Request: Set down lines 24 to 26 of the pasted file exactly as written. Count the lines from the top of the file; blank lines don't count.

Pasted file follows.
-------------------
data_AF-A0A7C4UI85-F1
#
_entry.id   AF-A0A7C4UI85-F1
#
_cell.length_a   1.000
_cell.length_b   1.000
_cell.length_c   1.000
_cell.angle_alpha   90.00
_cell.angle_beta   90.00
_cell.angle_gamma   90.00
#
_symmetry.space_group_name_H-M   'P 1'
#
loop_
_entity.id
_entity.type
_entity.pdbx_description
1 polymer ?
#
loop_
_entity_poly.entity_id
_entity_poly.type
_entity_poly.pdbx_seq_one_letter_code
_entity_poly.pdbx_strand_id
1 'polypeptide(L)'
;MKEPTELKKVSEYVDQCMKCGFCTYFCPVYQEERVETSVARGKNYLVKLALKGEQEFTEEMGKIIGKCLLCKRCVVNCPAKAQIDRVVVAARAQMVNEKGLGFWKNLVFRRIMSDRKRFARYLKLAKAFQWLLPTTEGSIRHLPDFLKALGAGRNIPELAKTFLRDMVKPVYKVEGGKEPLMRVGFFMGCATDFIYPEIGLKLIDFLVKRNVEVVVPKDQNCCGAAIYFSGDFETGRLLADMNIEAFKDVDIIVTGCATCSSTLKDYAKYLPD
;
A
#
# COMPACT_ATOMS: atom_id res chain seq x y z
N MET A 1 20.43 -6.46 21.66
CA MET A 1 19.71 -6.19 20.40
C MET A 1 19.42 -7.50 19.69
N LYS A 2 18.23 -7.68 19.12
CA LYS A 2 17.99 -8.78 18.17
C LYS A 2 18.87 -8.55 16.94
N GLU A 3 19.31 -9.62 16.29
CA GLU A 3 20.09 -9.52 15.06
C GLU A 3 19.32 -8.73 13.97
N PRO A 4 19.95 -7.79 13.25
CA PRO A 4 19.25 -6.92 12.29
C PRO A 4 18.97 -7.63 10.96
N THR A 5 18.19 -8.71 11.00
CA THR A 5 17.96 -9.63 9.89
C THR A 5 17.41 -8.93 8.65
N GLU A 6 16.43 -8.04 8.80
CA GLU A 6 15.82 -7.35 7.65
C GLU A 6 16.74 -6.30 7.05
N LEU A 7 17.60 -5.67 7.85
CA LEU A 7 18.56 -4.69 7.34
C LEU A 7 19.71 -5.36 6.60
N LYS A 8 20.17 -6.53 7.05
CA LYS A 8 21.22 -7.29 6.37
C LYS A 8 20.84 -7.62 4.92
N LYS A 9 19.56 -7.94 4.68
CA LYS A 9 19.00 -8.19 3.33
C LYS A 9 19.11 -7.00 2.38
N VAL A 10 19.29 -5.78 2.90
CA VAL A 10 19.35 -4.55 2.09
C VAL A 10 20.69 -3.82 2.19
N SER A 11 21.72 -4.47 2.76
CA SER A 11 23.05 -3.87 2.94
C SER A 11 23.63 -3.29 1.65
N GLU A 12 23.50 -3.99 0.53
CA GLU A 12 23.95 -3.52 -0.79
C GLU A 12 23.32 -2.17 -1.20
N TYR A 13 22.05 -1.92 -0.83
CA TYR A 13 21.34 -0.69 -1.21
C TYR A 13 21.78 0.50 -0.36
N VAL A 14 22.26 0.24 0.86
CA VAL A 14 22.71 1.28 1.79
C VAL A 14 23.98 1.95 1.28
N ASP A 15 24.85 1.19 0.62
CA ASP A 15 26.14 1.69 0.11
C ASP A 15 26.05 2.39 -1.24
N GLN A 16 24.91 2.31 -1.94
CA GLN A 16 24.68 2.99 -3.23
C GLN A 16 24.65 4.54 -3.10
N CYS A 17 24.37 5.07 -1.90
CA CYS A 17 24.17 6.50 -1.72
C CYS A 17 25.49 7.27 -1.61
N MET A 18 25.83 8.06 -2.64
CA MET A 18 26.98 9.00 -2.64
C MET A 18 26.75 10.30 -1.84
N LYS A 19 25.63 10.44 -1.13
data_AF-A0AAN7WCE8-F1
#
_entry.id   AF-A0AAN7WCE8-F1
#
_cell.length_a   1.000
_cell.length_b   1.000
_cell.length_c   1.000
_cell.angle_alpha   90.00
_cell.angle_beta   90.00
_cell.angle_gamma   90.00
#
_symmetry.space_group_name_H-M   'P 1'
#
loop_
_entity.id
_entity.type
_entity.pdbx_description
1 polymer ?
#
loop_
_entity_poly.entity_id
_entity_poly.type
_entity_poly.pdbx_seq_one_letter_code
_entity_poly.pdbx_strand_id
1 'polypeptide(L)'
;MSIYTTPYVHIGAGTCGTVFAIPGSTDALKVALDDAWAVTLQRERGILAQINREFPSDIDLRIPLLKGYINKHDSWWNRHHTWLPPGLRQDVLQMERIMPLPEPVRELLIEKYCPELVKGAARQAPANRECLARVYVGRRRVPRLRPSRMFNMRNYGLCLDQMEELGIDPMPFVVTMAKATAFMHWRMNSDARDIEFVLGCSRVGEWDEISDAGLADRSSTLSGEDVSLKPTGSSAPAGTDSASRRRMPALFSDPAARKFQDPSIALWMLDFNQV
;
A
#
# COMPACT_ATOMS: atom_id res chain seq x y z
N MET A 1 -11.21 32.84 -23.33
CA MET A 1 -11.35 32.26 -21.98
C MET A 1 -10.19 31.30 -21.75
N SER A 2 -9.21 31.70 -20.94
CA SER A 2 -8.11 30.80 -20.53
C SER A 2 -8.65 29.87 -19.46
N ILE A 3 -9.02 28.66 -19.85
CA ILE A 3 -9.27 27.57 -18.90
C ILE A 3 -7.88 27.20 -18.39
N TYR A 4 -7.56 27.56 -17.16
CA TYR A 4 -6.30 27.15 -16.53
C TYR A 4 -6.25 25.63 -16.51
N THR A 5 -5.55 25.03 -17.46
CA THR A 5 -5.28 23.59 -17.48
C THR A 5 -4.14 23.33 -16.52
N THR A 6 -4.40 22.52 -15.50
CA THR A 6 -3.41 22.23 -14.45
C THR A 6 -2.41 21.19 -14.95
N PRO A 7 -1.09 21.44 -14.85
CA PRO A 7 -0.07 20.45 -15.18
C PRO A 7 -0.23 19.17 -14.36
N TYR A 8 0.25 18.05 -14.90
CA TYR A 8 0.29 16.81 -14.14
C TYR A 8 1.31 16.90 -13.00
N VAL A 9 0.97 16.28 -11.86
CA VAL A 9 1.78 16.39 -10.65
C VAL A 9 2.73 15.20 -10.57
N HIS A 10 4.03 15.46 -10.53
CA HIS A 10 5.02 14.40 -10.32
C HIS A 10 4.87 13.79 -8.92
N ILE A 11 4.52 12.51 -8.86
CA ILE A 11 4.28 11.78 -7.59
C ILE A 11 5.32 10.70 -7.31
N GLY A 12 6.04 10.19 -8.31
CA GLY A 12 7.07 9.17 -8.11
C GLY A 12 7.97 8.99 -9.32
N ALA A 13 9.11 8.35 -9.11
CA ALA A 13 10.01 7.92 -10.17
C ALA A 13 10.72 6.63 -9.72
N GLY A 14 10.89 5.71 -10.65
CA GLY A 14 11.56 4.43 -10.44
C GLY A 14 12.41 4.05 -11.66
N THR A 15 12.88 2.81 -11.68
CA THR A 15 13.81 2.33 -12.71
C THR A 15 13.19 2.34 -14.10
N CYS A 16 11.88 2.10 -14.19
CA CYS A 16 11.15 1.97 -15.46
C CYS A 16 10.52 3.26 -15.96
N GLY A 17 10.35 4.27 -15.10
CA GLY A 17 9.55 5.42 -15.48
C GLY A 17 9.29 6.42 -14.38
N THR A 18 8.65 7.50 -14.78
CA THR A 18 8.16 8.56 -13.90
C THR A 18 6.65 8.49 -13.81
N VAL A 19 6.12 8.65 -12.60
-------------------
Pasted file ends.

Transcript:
_entity_poly.pdbx_strand_id
1 'polypeptide(L)'
;MKEPTELKKVSEYVDQCMKCGFCTYFCPVYQEERVETSVARGKNYLVKLALKGEQEFTEEMGKIIGKCLLCKRCVVNCPAKAQIDRVVVAARAQMVNEKGLGFWKNLVFRRIMSDRKRFARYLKLAKAFQWLLPTTEGSIRHLPDFLKALGAGRNIPELAKTFLRDMVKPVYKVEGGKEPLMRVGFFMGCATDFIYPEIGLKLIDFLVKRNVEVVVPKDQNCCGAAIYFSGDFETGRLLADMNIEAFKDVDIIVTGCATCSSTLKDYAKYLPD